The Disney debate has certainly been an interesting one. For discussion purposes, allow me to offer a concise, factual timeline:
- On March 8th, the Florida state legislature passed the “Parental Rights in Education” bill. Dubbed the “Don’t Say Gay” bill by opponents, the legislation prohibits “classroom instruction” on sexual orientation and gender identity for students in kindergarten through third grade.
- On March 9th, Disney CEO Bob Chapek announced that the Walt Disney Company publicly opposes the bill and will work to combat this and similar legislation in other states.
- Following the onset of the public dispute, polling revealed support for the bill by a two-to-one margin when presented with the actual language of the bill. (See data here.)
- On April 22nd, the Florida state legislature voted to dissolve an act made law in 1967 that essentially allowed the Walt Disney complex to operate as a private government. The dissolution is set to be effective in June of 2023.
People have reacted in multiple ways… to the contents of the parental rights bill… to Disney’s initial silence… to the role of social media and public pressure… to the state’s perceived retaliatory response… and more.
Respecting, of course, all angles and opinions, let’s address the bigger issue…
What’s the role of business in politics?
And also, how far should corporate wokeness go?
“Woke” or “wokeness” continues to evolve. In its simplest form, the terminology conveys an awareness of social issues. Some see it as a virtue — others, an insult.
But the bottom line question — that’s relevant in the current Disney debate and seemingly a fantastic question to earnestly, respectfully ask — is how far should a company go in regard to political involvement, especially, when the issue doesn’t directly affect them.
And… do the totality of the opinions of their stakeholders matter? … noting, of course, that a company’s stakeholders typically adhere to a wide spectrum of beliefs.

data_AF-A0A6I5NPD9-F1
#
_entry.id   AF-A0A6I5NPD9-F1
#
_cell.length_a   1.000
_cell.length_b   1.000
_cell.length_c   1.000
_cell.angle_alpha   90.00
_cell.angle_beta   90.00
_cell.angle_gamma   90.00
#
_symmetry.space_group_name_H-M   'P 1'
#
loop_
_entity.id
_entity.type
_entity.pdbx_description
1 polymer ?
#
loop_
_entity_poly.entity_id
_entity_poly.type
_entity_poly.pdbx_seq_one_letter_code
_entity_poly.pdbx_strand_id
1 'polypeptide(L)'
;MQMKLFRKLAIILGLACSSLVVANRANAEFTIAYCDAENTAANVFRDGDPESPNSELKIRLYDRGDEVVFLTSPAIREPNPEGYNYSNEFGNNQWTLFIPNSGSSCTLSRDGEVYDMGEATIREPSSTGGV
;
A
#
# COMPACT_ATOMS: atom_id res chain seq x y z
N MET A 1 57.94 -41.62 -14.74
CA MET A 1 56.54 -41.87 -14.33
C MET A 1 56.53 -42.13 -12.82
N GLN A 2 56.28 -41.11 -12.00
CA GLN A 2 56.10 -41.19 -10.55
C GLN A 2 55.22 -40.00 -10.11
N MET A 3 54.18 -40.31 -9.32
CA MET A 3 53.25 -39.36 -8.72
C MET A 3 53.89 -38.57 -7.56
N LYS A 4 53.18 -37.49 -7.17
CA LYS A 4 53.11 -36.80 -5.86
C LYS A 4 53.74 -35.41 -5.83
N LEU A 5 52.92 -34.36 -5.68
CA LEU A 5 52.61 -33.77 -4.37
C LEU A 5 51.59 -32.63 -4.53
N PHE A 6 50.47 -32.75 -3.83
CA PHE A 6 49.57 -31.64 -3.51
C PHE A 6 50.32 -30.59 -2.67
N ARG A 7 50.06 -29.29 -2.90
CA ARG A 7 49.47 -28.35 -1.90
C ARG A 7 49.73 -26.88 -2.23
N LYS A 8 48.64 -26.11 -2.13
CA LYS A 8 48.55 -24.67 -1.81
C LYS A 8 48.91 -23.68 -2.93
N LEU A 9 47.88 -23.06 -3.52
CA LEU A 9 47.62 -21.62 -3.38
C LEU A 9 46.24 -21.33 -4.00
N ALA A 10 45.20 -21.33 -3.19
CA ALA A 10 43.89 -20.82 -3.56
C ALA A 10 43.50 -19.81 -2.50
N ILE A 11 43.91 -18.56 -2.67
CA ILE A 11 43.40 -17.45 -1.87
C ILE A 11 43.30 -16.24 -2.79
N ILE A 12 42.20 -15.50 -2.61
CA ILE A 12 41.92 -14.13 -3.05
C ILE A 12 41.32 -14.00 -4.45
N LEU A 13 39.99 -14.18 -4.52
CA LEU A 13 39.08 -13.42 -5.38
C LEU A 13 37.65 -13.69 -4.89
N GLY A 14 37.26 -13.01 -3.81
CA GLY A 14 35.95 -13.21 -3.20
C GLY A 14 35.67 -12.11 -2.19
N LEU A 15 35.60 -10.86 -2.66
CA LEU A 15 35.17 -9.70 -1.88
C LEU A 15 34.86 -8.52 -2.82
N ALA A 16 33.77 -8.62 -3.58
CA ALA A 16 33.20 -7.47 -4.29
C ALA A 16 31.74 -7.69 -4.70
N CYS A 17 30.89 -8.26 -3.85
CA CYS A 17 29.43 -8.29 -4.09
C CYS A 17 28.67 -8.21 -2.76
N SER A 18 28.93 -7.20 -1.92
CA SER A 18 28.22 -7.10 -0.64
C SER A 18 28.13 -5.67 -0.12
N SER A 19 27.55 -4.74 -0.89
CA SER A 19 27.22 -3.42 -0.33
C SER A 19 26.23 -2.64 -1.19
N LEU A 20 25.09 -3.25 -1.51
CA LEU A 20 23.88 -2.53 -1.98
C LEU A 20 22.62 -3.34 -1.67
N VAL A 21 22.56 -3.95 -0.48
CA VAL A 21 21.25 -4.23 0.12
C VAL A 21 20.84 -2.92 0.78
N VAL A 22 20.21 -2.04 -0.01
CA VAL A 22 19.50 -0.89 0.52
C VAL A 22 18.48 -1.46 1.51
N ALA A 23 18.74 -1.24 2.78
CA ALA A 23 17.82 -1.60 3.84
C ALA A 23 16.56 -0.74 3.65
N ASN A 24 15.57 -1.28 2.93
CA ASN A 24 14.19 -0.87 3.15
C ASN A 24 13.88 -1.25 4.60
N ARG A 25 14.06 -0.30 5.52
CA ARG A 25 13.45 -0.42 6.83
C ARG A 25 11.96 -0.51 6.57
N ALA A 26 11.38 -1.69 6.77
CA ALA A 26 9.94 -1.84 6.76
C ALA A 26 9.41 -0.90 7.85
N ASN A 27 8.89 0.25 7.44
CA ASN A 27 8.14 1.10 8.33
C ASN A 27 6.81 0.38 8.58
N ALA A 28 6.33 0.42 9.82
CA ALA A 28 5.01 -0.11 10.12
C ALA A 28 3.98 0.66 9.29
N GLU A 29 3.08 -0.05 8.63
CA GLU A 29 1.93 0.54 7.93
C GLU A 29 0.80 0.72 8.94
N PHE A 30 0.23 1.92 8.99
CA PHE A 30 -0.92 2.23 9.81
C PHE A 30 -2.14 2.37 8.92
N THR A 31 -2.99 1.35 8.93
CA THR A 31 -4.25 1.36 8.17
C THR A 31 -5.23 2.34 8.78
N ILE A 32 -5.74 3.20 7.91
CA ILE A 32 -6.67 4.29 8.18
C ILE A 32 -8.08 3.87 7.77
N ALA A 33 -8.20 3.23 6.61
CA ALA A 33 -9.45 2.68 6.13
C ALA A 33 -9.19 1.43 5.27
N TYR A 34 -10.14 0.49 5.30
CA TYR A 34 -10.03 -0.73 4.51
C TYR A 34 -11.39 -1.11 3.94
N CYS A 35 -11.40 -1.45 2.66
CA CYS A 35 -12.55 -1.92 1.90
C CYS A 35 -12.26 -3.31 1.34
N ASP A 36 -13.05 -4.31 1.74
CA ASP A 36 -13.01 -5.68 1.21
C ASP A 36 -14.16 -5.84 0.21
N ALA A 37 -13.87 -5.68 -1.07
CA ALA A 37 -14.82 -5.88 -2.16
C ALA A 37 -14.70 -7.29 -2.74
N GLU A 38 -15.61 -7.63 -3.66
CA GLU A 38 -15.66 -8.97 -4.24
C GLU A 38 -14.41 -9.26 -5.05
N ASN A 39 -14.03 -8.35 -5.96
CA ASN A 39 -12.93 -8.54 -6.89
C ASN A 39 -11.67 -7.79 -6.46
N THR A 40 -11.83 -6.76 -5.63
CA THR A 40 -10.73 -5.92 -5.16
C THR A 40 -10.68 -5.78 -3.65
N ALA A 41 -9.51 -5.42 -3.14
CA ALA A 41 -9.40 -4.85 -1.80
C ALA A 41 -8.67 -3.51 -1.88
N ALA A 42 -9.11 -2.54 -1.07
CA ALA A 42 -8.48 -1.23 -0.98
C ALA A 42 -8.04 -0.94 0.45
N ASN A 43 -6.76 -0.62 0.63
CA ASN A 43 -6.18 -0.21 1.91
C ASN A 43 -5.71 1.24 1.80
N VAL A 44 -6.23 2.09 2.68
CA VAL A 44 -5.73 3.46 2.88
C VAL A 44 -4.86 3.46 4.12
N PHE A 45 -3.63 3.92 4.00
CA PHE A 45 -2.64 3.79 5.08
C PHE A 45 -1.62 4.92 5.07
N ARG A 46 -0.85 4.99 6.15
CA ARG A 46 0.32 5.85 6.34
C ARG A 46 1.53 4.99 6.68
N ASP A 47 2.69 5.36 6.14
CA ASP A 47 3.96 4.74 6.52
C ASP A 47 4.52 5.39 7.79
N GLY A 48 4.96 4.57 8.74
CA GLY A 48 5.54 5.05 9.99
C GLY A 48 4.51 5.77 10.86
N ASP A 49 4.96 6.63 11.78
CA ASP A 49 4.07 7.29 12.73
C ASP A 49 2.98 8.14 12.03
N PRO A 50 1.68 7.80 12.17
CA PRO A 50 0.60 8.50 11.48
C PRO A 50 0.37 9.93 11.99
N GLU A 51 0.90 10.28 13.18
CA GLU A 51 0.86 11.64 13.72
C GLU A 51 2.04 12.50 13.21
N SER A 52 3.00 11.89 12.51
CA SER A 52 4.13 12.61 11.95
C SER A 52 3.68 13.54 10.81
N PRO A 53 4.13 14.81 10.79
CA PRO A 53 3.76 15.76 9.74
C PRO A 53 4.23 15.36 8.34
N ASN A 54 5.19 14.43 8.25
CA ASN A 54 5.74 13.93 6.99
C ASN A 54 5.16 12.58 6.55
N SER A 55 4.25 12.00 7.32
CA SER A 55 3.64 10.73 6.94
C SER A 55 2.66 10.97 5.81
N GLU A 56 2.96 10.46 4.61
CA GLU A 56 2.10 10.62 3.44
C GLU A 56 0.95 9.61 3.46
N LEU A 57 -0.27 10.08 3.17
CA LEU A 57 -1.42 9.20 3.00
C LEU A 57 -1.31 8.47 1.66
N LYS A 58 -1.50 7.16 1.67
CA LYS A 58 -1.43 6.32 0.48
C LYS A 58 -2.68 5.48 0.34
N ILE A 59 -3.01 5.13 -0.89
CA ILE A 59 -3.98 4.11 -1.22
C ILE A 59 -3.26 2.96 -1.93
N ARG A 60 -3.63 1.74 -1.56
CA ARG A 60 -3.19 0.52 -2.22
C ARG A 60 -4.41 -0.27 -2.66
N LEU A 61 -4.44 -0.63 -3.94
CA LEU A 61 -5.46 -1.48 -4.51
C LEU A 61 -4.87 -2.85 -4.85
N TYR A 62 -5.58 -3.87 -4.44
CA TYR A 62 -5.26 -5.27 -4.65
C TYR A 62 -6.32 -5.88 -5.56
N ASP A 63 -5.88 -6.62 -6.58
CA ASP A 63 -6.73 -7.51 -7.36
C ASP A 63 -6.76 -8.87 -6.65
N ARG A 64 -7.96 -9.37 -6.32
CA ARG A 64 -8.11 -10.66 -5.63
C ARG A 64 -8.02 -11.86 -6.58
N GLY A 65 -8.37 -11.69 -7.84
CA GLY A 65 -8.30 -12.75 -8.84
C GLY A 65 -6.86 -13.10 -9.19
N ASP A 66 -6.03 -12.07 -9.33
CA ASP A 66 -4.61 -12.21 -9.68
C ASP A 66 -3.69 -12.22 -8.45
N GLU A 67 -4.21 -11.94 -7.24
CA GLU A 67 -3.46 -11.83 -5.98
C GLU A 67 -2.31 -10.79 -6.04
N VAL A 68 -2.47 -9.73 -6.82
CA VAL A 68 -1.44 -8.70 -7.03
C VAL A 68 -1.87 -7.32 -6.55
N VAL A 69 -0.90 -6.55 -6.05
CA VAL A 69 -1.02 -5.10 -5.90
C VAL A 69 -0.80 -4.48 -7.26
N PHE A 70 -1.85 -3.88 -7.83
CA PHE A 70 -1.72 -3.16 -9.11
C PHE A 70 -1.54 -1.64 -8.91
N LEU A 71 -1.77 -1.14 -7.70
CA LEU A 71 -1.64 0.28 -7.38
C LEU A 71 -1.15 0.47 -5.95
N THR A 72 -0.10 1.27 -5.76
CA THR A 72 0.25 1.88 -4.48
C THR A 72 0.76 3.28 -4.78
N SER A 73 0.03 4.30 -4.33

It’s an excellent question.
I’ve been toying this week with the opinion of former McDonald’s CEO Ed Rensi (the man who’s actually credited with inventing the infamous “McNugget”), who said, “Corporations have no business being on the right or the left because they represent everybody there and their sole job is to build equity for their investors… It is not the providence of board members or executives that take shareholder money profit and spend it on social matters.”
I’m assuming such recognizes the wide spectrum of stakeholders’ beliefs.
Friends, I don’t have an easy answer to this question.
As a citizen of the Sunshine State (and yes, in the same county as the Walt Disney complex is technically a part of), my desire is for the Disney CEO and Florida’s Gov. Ron DeSantis to meet together, seeing if they can avoid the June 2023 self-government dissolution.
I’d also like them to listen well, respect each other, and sincerely ask and answer these questions. How far is too far for a corporation to go?
How far is too far especially if a company’s advocacy or opposition doesn’t fully represent their stakeholders?
How can we work better together on this and other issues?
P.S. For the record, I was at Epcot on Monday, one of my favorite parks to routinely visit. Soarin’, Test Track, and Mission: SPACE are totally awesome attractions! The Pandora ride at Animal Kingdom is the best, though. Be sure not to miss it.
It’s a small world, after all.